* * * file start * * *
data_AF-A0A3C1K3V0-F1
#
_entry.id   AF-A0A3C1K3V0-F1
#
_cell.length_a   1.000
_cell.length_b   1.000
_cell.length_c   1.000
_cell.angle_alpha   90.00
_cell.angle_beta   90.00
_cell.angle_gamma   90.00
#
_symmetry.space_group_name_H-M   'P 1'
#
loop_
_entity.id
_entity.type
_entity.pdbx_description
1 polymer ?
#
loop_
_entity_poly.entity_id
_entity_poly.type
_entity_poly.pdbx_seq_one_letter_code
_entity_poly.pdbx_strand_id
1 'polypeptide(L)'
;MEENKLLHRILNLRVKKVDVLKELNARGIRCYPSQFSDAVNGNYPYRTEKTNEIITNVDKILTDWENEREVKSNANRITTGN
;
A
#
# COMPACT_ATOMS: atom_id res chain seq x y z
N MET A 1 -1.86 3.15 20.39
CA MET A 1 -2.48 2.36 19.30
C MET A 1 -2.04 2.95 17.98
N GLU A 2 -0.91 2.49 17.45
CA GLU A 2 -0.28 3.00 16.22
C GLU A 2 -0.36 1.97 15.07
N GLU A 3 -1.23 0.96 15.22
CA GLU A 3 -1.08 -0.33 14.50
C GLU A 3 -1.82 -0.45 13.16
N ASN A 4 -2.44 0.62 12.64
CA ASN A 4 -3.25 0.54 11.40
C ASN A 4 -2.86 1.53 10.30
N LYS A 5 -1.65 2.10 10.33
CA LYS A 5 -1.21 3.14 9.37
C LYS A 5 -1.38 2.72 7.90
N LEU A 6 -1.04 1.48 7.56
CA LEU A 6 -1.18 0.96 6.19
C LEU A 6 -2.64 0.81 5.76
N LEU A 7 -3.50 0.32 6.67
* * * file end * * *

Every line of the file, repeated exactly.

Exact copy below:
data_AF-A0A3C1K3V0-F1
#
_entry.id   AF-A0A3C1K3V0-F1
#
_cell.length_a   1.000
_cell.length_b   1.000
_cell.length_c   1.000
_cell.angle_alpha   90.00
_cell.angle_beta   90.00
_cell.angle_gamma   90.00
#
_symmetry.space_group_name_H-M   'P 1'
#
loop_
_entity.id
_entity.type
_entity.pdbx_description
1 polymer ?
#
loop_
_entity_poly.entity_id
_entity_poly.type
_entity_poly.pdbx_seq_one_letter_code
_entity_poly.pdbx_strand_id
1 'polypeptide(L)'
;MEENKLLHRILNLRVKKVDVLKELNARGIRCYPSQFSDAVNGNYPYRTEKTNEIITNVDKILTDWENEREVKSNANRITTGN
;
A
#
# COMPACT_ATOMS: atom_id res chain seq x y z
N MET A 1 -1.86 3.15 20.39
CA MET A 1 -2.48 2.36 19.30
C MET A 1 -2.04 2.95 17.98
N GLU A 2 -0.91 2.49 17.45
CA GLU A 2 -0.28 3.00 16.22
C GLU A 2 -0.36 1.97 15.07
N GLU A 3 -1.23 0.96 15.22
CA GLU A 3 -1.08 -0.33 14.50
C GLU A 3 -1.82 -0.45 13.16
N ASN A 4 -2.44 0.62 12.64
CA ASN A 4 -3.25 0.54 11.40
C ASN A 4 -2.86 1.53 10.30
N LYS A 5 -1.65 2.10 10.33
CA LYS A 5 -1.21 3.14 9.37
C LYS A 5 -1.38 2.72 7.90
N LEU A 6 -1.04 1.48 7.56
CA LEU A 6 -1.18 0.96 6.19
C LEU A 6 -2.64 0.81 5.76
N LEU A 7 -3.50 0.32 6.67